Odense Research Center for Anaphylaxis (ORCA), Department of Dermatology and Allergy Centre, Odense University Hospital, Odense, Denmark.

 

BACKGROUND:

Allergy to wheat can present clinically in different forms: Sensitization to ingested wheat via the gastrointestinal tract can cause traditional food allergy or in combination with exercise, Wheat-Dependent Exercise-Induced Anaphylaxis (WDEIA). Sensitization to inhaled wheat flour may lead to occupational rhinitis and/or asthma.

 

METHODS:

We retrospectively reviewed the case notes of 156 patients (age 0.7 - 73.3 years) with a case history of wheat allergy. The population was divided into three groups, 1: Wheat allergy elicited by ingestion, 2: By inhalation and 3: WDEIA. All patients were examined with detailed case history, specific IgE (sIgE), Skin Prick Test (SPT) and wheat challenge (nasal or oral?±?exercise). Details of the case history were extracted from the patients´ case records.

 

RESULTS:

Group 1: Twenty one of 95 patients were challenge positive (15 children, 6 adults). All children had atopic dermatitis, and most (13/15) outgrew their wheat allergy. Most children (13/15) had other food allergies. Challenge positive patients showed significantly higher levels of sIgE to wheat and significantly more were SPT positive than challenge negative. Group 2: Eleven out of 13 adults with occupational asthma or rhinitis were challenge positive. None outgrew their allergy. Seven had positive sIgE and 10 had positive SPT to wheat. Group 3: Ten of 48 (adolescent/adults) were positive when challenged during exercise. Challenge positive patients showed significantly higher levels of sIgE to ?-5-gliadin. The natural course is presently unknown.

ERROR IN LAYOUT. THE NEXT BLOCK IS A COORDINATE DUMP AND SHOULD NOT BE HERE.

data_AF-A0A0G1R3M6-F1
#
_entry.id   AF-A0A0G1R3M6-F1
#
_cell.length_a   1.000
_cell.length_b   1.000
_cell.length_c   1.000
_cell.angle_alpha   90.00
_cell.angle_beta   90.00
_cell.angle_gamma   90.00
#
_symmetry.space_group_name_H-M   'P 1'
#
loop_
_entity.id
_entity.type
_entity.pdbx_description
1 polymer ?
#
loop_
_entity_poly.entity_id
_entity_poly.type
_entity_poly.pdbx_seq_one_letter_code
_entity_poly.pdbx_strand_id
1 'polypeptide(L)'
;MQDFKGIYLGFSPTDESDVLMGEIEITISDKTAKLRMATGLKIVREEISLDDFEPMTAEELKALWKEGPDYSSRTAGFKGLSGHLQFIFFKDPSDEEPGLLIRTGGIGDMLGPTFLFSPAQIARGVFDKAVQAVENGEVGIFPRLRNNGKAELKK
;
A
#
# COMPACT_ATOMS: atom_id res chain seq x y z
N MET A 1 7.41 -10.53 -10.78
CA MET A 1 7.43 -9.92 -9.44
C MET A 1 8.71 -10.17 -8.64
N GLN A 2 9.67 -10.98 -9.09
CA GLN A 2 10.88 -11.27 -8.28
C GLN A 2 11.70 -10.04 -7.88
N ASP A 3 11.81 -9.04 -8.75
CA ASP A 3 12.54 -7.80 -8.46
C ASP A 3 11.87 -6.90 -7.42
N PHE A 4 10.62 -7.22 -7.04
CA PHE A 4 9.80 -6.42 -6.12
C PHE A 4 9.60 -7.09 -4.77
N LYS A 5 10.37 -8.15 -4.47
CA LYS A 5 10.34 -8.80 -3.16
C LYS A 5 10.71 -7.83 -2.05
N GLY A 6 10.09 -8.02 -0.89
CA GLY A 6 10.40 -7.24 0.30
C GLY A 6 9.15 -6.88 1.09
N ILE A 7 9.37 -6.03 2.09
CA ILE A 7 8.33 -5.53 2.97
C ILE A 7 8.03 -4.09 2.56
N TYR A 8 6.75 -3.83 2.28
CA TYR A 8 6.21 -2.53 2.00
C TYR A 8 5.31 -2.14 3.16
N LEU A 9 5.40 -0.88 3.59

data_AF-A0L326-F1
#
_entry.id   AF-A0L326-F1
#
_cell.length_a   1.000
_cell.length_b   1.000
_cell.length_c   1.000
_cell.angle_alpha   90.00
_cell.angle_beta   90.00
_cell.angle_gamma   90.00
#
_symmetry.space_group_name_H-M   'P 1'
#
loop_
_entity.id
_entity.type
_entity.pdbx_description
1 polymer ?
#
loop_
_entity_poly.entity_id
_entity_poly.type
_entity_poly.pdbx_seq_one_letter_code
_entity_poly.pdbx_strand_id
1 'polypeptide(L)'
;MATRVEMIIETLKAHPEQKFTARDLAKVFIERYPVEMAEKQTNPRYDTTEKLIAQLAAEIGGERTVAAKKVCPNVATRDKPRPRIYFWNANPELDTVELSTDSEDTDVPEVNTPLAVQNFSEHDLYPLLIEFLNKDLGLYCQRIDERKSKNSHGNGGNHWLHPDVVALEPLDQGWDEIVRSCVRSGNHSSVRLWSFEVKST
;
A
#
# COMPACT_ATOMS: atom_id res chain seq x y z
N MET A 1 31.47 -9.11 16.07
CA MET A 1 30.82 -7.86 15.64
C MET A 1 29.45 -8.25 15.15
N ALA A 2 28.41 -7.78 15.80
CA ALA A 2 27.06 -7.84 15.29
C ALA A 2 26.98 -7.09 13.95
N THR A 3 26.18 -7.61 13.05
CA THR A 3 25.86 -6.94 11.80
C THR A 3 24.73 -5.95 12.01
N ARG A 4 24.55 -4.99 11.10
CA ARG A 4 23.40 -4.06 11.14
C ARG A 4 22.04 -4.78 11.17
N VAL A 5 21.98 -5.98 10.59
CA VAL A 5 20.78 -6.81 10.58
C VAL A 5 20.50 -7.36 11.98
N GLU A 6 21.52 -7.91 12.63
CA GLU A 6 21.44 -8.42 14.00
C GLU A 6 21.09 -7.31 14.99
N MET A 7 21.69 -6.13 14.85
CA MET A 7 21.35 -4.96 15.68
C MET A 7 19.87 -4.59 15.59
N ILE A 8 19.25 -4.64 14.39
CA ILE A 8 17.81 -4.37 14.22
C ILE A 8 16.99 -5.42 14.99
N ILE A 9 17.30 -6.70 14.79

CONCLUSION:

Wheat allergy can manifest in different disease entities, rendering a detailed case history and challenge mandatory. Patient age, occupation, concomitant allergies (food or inhalant) and atopic dermatitis are important factors for evaluation.

 

 

Wheat-Dependent, Exercise-Induced Anaphylaxis Can Be Elicited Without Exercise

 

AUTHORS

Morten J. Christensen1, Esben Eller1, Charlotte G. Mortz1, Knut Brockow2, Carsten Bindslev-Jensen1